Step 9: The Body

Cut a circle the size of the flashlights base on the top of the body of your robot.  The head of the robot will rest on here with the flashlight body sliding into the hole of the box.  To turn the flashlight on or off... you may need to remove the robot's head. 

To make the robot look better, take the cardboard ring from an empty roll of masking tape and use this as a spacer between the robot's head and the body.  Use markers to color the cardboard ring or paint.  Tape it to body as needed.

Step 10: Two Arms

There are several ways you can make the robot's arms.  For my robot, I took the large center cardboard tube from a roll of Christmas wrapping paper.  I measured the center of the tube, and then cut the tube into two equal halves.  I spray painted the tubes.

For the claw hands of the robot, I just happened to have two plastic tripod legs left over from an earlier Instructable's project   This pair of tripod legs came from a camera mount commonly available at a large number of Dollar Stores and other retail stores. I removed the camera mount portion removing a single screw at the base of the tripod (save for later use).  Next, using the two cardboard circles that I had cut out for the Robot's eyes, I mounted the cardboard circle to the top of the tripod by placing a small brad (or small nut and  bolt) through the screw hole of the tripod.  Tape the back of the brad down so it does not fall out.  Next, using clear packing tape or masking tape, I taped the cardboard circle with the tripod legs to the bottom of the cardboard tubes.  The tripod forms the Robot's hands, and the tubes forms the robot's arms.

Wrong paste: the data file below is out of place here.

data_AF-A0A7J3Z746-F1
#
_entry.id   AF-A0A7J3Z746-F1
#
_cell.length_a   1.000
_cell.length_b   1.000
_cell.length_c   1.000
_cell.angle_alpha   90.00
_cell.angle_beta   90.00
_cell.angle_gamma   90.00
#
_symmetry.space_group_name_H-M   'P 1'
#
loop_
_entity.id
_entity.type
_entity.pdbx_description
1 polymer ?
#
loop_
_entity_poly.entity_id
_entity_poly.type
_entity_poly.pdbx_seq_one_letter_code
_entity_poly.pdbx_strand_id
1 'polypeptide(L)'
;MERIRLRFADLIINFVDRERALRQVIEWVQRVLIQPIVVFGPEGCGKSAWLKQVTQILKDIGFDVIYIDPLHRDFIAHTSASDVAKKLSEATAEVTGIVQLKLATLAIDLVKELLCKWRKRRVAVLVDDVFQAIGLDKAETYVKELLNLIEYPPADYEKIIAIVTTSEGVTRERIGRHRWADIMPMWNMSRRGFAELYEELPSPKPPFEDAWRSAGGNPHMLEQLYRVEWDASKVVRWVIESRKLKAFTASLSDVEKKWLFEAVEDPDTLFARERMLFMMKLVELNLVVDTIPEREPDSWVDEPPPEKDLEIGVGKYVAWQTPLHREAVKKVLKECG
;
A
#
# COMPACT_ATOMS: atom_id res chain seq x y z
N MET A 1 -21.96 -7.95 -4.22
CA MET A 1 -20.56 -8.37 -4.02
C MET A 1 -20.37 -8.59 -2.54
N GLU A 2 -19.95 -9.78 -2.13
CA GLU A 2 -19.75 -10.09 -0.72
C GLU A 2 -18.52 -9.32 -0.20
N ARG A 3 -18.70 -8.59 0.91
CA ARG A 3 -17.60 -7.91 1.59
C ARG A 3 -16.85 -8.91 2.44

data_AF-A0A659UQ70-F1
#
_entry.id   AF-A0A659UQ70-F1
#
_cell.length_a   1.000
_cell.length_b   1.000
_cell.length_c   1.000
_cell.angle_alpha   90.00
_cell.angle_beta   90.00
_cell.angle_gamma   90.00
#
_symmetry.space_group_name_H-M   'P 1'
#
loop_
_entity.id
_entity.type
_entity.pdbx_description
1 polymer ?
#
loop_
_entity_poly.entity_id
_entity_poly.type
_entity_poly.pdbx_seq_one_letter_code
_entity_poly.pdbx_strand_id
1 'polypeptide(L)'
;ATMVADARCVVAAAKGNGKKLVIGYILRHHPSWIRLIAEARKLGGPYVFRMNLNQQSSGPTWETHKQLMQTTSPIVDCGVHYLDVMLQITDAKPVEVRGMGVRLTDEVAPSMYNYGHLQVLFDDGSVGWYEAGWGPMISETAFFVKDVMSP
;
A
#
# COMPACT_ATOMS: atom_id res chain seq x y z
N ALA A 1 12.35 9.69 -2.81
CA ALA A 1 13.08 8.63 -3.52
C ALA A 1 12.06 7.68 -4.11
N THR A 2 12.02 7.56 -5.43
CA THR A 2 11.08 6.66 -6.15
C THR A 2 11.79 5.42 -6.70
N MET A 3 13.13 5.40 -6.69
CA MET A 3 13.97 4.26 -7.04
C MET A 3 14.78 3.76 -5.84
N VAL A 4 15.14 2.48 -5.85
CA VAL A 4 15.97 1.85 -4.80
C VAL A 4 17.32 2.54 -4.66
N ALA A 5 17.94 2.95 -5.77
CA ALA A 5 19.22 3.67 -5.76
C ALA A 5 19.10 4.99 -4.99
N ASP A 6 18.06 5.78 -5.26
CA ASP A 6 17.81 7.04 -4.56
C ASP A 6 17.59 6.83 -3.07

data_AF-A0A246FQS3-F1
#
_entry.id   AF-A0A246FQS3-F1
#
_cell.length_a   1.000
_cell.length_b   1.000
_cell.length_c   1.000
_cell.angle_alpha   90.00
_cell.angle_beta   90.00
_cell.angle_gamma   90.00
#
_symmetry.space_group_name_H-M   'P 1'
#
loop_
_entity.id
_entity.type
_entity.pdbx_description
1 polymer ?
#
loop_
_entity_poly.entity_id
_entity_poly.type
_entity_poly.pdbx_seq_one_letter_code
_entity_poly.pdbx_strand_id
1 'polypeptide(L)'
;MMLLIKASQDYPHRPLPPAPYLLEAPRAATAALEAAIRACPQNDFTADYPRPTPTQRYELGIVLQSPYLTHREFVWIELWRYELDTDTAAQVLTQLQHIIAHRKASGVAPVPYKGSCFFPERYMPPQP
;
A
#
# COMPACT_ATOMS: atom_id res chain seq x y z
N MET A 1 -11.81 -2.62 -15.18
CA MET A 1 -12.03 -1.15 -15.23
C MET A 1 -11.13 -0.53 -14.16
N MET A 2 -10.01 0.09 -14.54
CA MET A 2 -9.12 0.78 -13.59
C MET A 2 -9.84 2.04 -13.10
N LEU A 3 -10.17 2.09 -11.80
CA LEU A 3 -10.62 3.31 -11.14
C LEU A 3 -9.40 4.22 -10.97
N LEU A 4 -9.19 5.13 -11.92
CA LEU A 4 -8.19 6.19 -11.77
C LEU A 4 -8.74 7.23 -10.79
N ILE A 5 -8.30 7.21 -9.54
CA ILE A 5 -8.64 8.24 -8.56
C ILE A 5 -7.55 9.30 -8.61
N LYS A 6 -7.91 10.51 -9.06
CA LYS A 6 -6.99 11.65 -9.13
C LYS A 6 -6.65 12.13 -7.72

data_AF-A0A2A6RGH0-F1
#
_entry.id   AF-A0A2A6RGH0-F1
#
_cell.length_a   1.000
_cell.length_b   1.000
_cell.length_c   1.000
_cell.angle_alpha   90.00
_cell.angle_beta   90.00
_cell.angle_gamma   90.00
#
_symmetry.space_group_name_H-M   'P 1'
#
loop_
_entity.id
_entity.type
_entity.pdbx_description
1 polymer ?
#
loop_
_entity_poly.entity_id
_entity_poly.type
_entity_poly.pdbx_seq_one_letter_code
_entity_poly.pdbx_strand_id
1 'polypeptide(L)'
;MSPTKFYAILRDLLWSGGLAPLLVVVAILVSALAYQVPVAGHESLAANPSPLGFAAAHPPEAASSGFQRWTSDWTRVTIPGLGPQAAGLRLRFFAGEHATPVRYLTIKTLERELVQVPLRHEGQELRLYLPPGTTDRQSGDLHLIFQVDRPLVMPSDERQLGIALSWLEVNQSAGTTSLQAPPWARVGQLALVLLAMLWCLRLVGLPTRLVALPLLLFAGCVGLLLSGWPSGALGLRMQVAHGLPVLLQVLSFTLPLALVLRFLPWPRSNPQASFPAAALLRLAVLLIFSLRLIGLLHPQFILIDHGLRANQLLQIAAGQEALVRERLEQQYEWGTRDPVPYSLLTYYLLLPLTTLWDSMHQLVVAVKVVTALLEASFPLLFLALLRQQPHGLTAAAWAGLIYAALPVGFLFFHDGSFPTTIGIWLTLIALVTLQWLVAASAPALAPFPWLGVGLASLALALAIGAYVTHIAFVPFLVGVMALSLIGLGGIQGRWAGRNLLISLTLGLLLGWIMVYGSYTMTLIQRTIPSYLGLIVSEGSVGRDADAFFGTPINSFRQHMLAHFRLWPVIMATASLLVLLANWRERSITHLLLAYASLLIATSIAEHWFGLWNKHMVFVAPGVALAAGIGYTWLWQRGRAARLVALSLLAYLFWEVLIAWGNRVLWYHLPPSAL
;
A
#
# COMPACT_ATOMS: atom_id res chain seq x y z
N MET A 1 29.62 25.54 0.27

Note:  If you don't have a pair of tripods, you can simply use a Brad to attach a large "C" shaped cardboard cut out to form the robot's hands.

To attach the arms to the body, I punched a hole at the top of the cardboard tube on the opposite side of the hands and inserted a brad.  Next, I attached the arms to the body of the robot.

Note: You can use a foam CD spacer ring as a spacer between the Robot's arm and the Robot's body.  That will let the arms move more freely.  CD spacer ring is a small foam donut shaped ring often used as a spacer when you buy a box of blank CDs.  They are also used as shooting-disc for some children's toys.

Step 11: The Body Assembly

If you haven't already done so, attach the body to the robot's legs using either tape or Brads.  At this point, you should have something that resembles a robot.

Step 12: Decoration

This is the fun part... decorating your robot.

Rather than covering the whole body in tin-foil, I used just a single sheet on the front to give the robot a metallic appearance.  I used clear tape and brads to hold the tinfoil to the body of the robot.